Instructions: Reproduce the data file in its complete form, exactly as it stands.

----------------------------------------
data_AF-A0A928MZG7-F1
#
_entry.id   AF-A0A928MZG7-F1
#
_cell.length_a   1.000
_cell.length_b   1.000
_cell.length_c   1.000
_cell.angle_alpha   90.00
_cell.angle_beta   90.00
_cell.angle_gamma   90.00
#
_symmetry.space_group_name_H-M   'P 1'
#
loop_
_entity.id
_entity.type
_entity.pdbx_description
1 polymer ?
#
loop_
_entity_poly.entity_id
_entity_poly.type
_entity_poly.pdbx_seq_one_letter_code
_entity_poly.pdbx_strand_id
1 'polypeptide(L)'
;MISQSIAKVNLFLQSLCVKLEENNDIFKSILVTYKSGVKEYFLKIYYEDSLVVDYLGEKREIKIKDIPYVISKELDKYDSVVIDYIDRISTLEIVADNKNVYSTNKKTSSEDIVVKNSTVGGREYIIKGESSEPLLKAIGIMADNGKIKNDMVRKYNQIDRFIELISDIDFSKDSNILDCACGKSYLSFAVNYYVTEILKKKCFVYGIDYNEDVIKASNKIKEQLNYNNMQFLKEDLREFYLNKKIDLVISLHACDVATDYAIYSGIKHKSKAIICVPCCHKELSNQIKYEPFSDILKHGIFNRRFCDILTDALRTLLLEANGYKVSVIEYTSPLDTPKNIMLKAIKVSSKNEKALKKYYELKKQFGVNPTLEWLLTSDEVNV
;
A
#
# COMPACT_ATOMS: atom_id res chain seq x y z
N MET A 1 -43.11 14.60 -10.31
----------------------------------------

data_AF-A0A928MZG7-F1
#
_entry.id   AF-A0A928MZG7-F1
#
_cell.length_a   1.000
_cell.length_b   1.000
_cell.length_c   1.000
_cell.angle_alpha   90.00
_cell.angle_beta   90.00
_cell.angle_gamma   90.00
#
_symmetry.space_group_name_H-M   'P 1'
#
loop_
_entity.id
_entity.type
_entity.pdbx_description
1 polymer ?
#
loop_
_entity_poly.entity_id
_entity_poly.type
_entity_poly.pdbx_seq_one_letter_code
_entity_poly.pdbx_strand_id
1 'polypeptide(L)'
;MISQSIAKVNLFLQSLCVKLEENNDIFKSILVTYKSGVKEYFLKIYYEDSLVVDYLGEKREIKIKDIPYVISKELDKYDSVVIDYIDRISTLEIVADNKNVYSTNKKTSSEDIVVKNSTVGGREYIIKGESSEPLLKAIGIMADNGKIKNDMVRKYNQIDRFIELISDIDFSKDSNILDCACGKSYLSFAVNYYVTEILKKKCFVYGIDYNEDVIKASNKIKEQLNYNNMQFLKEDLREFYLNKKIDLVISLHACDVATDYAIYSGIKHKSKAIICVPCCHKELSNQIKYEPFSDILKHGIFNRRFCDILTDALRTLLLEANGYKVSVIEYTSPLDTPKNIMLKAIKVSSKNEKALKKYYELKKQFGVNPTLEWLLTSDEVNV
;
A
#
# COMPACT_ATOMS: atom_id res chain seq x y z
N MET A 1 -43.11 14.60 -10.31